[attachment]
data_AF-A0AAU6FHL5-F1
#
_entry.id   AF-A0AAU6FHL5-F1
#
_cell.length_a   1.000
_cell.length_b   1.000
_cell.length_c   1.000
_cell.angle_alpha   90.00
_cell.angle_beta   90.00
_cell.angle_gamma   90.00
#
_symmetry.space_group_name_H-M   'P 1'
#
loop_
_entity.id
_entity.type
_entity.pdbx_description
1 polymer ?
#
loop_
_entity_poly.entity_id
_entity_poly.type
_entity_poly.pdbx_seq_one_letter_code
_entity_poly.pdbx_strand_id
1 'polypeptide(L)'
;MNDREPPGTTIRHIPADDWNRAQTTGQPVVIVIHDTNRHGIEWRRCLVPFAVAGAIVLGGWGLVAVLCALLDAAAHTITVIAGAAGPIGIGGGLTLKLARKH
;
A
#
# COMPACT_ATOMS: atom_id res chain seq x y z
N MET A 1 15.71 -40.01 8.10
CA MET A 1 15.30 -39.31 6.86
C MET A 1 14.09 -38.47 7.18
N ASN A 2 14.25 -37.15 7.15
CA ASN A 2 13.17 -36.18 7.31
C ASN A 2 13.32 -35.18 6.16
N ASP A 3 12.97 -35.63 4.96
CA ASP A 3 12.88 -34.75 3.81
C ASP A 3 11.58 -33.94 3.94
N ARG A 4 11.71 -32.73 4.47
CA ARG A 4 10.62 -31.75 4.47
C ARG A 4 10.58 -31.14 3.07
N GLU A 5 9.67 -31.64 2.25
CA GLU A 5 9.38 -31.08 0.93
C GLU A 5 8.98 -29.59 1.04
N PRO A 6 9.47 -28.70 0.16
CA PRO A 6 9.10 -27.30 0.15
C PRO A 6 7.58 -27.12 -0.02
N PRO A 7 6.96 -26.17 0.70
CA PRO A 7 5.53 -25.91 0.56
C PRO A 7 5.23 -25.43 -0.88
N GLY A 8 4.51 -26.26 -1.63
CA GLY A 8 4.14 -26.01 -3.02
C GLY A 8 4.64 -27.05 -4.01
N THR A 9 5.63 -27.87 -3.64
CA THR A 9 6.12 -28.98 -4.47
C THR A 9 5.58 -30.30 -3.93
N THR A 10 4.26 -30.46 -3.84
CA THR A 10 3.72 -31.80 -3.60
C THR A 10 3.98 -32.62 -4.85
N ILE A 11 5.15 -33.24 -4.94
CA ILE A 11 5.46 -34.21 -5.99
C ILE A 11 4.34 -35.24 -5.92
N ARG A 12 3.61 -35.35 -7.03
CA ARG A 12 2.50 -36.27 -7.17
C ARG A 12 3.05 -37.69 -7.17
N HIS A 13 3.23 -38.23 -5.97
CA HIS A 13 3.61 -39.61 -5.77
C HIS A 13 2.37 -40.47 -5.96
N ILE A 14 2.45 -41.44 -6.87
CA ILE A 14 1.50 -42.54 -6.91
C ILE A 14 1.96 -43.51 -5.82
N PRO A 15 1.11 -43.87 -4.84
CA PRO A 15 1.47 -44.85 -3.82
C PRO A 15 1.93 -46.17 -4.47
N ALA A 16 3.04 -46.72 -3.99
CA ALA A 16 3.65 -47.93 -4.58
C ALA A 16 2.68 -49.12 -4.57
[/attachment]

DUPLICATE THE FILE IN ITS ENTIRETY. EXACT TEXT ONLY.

data_AF-A0AAU6FHL5-F1
#
_entry.id   AF-A0AAU6FHL5-F1
#
_cell.length_a   1.000
_cell.length_b   1.000
_cell.length_c   1.000
_cell.angle_alpha   90.00
_cell.angle_beta   90.00
_cell.angle_gamma   90.00
#
_symmetry.space_group_name_H-M   'P 1'
#
loop_
_entity.id
_entity.type
_entity.pdbx_description
1 polymer ?
#
loop_
_entity_poly.entity_id
_entity_poly.type
_entity_poly.pdbx_seq_one_letter_code
_entity_poly.pdbx_strand_id
1 'polypeptide(L)'
;MNDREPPGTTIRHIPADDWNRAQTTGQPVVIVIHDTNRHGIEWRRCLVPFAVAGAIVLGGWGLVAVLCALLDAAAHTITVIAGAAGPIGIGGGLTLKLARKH
;
A
#
# COMPACT_ATOMS: atom_id res chain seq x y z
N MET A 1 15.71 -40.01 8.10
CA MET A 1 15.30 -39.31 6.86
C MET A 1 14.09 -38.47 7.18
N ASN A 2 14.25 -37.15 7.15
CA ASN A 2 13.17 -36.18 7.31
C ASN A 2 13.32 -35.18 6.16
N ASP A 3 12.97 -35.63 4.96
CA ASP A 3 12.88 -34.75 3.81
C ASP A 3 11.58 -33.94 3.94
N ARG A 4 11.71 -32.73 4.47
CA ARG A 4 10.62 -31.75 4.47
C ARG A 4 10.58 -31.14 3.07
N GLU A 5 9.67 -31.64 2.25
CA GLU A 5 9.38 -31.08 0.93
C GLU A 5 8.98 -29.59 1.04
N PRO A 6 9.47 -28.70 0.16
CA PRO A 6 9.10 -27.30 0.15
C PRO A 6 7.58 -27.12 -0.02
N PRO A 7 6.96 -26.17 0.70
CA PRO A 7 5.53 -25.91 0.56
C PRO A 7 5.23 -25.43 -0.88
N GLY A 8 4.51 -26.26 -1.63
CA GLY A 8 4.14 -26.01 -3.02
C GLY A 8 4.64 -27.05 -4.01
N THR A 9 5.63 -27.87 -3.64
CA THR A 9 6.12 -28.98 -4.47
C THR A 9 5.58 -30.30 -3.93
N THR A 10 4.26 -30.46 -3.84
CA THR A 10 3.72 -31.80 -3.60
C THR A 10 3.98 -32.62 -4.85
N ILE A 11 5.15 -33.24 -4.94
CA ILE A 11 5.46 -34.21 -5.99
C ILE A 11 4.34 -35.24 -5.92
N ARG A 12 3.61 -35.35 -7.03
CA ARG A 12 2.50 -36.27 -7.17
C ARG A 12 3.05 -37.69 -7.17
N HIS A 13 3.23 -38.23 -5.97
CA HIS A 13 3.61 -39.61 -5.77
C HIS A 13 2.37 -40.47 -5.96
N ILE A 14 2.45 -41.44 -6.87
CA ILE A 14 1.50 -42.54 -6.91
C ILE A 14 1.96 -43.51 -5.82
N PRO A 15 1.11 -43.87 -4.84
CA PRO A 15 1.47 -44.85 -3.82
C PRO A 15 1.93 -46.17 -4.47
N ALA A 16 3.04 -46.72 -3.99
CA ALA A 16 3.65 -47.93 -4.58
C ALA A 16 2.68 -49.12 -4.57